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Sunday, August 17, 2008

Food for fuel: Olympian Phelps' unusual diet


As US swimming sensation Michael Phelps sets his sights on more gold medal wins at the Beijing Olympics this weekend, the BBC's Michael Hirst examines the part an extraordinary diet has played in the sportsman's remarkable success.

If it is true that you are what you eat, then here is the suggested intake if you want to become history's most successful Olympian:

For breakfast: three fried egg sandwiches, with cheese, tomatoes, lettuce, fried onions and mayonnaise, followed by three chocolate-chip pancakes; a five-egg omelette; three sugar-coated slices of French toast and a bowl of grits (a maize-based porridge), washed down with two cups of coffee.

For lunch: half a kilogram (one pound) of enriched pasta; two large ham and cheese sandwiches on white bread smothered with mayonnaise, washed down by energy drinks.

For dinner: Another half-kilogram of pasta, perhaps with a carbonara sauce, followed by a large pizza and more energy drinks.

That combination may not sound very healthy, and at a staggering 10,000 calories, would feed five average men for a day.

But the menu is reportedly all in a training day's eating for champion swimmer Michael Phelps, who won six gold medals in the 2004 Athens Olympics and is aiming for eight this time round.

"Eat, sleep and swim, that's all I can do," said the US swimmer, after winning his 11th Olympic gold.

Judging by the amount he eats and swims, that is not altogether surprising.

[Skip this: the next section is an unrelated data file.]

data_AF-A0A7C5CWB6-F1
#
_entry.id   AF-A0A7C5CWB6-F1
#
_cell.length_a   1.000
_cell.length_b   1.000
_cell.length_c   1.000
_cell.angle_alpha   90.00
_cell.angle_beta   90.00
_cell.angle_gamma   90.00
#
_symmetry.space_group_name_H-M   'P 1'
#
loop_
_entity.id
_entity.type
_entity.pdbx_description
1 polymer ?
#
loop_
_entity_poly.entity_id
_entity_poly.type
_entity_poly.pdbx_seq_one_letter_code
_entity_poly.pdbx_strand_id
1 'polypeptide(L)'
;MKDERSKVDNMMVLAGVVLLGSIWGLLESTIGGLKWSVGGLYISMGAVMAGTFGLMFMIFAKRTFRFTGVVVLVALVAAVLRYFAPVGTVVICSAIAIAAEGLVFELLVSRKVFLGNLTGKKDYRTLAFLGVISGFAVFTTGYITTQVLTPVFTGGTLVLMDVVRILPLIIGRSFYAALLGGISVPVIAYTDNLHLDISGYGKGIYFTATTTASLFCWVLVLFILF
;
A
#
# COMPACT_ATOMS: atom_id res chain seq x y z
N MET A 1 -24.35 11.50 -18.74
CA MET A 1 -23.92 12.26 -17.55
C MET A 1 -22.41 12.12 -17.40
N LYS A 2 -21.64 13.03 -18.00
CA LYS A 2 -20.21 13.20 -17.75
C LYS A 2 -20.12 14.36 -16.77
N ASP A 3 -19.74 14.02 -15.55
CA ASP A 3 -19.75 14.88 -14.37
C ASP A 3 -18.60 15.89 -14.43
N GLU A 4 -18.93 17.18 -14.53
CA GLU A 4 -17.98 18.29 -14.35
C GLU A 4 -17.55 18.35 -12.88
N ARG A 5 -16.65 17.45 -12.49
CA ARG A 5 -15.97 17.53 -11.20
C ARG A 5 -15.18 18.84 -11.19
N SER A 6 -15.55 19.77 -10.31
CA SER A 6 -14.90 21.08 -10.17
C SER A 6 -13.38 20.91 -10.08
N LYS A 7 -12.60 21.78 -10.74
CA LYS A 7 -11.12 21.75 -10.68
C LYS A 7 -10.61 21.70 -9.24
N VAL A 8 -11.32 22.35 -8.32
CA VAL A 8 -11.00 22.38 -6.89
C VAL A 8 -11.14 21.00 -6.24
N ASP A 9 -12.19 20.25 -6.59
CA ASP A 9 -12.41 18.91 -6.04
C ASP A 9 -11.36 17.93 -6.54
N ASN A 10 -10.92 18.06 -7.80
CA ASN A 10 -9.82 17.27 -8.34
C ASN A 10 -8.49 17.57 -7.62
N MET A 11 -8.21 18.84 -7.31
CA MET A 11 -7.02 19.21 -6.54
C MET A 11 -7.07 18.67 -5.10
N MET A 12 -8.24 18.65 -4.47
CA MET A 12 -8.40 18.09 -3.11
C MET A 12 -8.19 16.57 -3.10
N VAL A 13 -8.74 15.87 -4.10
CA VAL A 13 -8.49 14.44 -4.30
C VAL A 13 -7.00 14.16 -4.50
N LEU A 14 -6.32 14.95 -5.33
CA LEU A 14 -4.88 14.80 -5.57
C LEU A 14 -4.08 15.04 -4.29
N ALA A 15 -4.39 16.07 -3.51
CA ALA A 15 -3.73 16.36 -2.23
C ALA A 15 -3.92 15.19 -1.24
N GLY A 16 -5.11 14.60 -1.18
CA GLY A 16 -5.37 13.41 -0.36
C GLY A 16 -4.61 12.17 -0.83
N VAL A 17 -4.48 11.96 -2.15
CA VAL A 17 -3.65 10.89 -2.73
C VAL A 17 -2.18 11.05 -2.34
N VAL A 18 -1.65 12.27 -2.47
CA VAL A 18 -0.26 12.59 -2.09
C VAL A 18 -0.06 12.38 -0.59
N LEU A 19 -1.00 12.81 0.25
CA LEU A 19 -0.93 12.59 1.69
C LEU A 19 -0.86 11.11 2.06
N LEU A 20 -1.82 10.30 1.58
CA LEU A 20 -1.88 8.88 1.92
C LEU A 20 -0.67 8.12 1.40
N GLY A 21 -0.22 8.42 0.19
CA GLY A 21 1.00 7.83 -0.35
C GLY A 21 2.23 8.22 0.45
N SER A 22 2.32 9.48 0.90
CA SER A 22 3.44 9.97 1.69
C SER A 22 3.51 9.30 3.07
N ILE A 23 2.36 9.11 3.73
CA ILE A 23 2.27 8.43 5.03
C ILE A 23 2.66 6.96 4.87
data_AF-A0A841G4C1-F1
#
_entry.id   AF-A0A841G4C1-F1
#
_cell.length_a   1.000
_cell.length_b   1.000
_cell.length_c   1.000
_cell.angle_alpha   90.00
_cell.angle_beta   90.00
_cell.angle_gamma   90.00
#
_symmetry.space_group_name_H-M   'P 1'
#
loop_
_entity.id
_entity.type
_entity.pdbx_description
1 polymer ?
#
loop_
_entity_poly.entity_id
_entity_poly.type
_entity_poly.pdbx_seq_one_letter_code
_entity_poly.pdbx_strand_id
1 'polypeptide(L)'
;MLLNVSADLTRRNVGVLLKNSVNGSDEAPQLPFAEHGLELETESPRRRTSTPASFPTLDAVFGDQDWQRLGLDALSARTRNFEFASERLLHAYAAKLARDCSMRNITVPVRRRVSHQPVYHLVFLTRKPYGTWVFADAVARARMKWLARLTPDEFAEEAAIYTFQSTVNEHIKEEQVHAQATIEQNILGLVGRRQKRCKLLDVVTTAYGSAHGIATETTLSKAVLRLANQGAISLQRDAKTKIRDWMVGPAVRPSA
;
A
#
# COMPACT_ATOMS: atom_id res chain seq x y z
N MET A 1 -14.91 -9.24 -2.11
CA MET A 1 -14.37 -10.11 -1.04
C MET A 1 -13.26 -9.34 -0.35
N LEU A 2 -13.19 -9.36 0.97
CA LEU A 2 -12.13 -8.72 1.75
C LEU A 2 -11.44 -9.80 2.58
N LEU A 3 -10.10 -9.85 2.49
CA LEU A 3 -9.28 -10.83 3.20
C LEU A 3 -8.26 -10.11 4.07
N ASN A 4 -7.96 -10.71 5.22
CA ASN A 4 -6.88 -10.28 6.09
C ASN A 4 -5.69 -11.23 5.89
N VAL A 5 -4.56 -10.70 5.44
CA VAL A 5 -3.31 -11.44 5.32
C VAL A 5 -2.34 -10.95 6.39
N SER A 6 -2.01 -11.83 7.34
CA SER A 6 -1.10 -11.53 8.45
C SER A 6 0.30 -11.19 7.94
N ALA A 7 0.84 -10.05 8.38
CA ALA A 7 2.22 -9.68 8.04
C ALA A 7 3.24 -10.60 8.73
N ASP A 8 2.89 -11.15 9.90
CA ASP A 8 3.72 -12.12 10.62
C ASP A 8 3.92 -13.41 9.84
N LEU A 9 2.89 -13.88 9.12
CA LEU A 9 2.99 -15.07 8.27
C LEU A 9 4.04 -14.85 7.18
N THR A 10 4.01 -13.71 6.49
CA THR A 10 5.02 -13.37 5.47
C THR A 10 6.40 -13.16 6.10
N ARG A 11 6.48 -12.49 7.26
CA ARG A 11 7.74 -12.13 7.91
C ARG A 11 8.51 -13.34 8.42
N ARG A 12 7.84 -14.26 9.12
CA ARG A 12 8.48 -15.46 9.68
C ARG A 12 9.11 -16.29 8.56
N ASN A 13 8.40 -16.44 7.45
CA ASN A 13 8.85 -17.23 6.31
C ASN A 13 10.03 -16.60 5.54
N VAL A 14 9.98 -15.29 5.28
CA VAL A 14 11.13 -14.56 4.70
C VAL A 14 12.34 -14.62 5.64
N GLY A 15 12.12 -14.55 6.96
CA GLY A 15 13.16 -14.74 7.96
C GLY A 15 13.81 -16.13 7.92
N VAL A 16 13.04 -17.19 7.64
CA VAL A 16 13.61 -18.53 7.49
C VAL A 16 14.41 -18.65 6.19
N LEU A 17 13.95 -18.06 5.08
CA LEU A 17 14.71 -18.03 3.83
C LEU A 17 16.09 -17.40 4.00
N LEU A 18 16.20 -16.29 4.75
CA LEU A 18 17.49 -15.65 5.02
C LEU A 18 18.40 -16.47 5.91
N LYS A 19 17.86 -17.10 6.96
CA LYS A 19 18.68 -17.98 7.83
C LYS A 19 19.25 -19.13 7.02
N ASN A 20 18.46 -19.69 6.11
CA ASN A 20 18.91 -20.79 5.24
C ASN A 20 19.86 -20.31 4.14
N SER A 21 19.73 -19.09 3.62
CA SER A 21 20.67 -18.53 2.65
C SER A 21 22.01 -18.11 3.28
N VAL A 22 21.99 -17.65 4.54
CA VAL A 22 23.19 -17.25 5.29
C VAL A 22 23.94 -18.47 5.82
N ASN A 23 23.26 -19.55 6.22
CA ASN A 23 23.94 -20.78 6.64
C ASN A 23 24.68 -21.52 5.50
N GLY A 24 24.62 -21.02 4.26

Fruit and veg

Even though the 23-year-old spends a solid five hours of each day burning off those calories, the diet still seems excessive. Is he following some sort of dietician guru's programme?

Barbara Lewin, a nutritionist who has advised international athletes on their dietary health for almost two decades, thinks not.

"Health-wise, if he were eating like this long-term, he'd probably be having to see a cardiologist regularly," Mrs Lewin told the BBC.

She recommended cutting out the egg yolks, replacing the white bread with whole-wheat, throwing some fruit and vegetables into the mix, and spreading the food out over the day with regular snacking.

But while the quality of the calories consumed by the six-foot four-inch (1.93m) swimmer may not seem healthy, Ms Lewin suggested there are good reasons behind Mr Phelps' diet.

"I've worked with more than 1,000 endurance athletes - swimmers and runners - and one of the most common problems they have is glycogen depletion - the result of not getting enough carbohydrates," she said.

"Nine out of 10 times the reason an athlete doesn't reach their personal best is because they're not getting enough carbohydrates and that's what your muscles need for food."

Carb counting

Phelps won his sixth gold medal in Beijing in the 200m medley on Friday, and will be aiming to equal fellow American Mark Spitz's record of winning seven gold medals in a single Olympic games when he takes to the pool for Saturday's 100m fly.

Fat pile-on

The Phelps diet is not recommended for everyone. Due to his muscle-intensive physique, the swimmer's metabolism - the process of converting food into energy - far exceeds that of a more average man, said Jeff Kotterman, director of the US National Association of Sports Nutrition.


Courtesy : BBC NEWS

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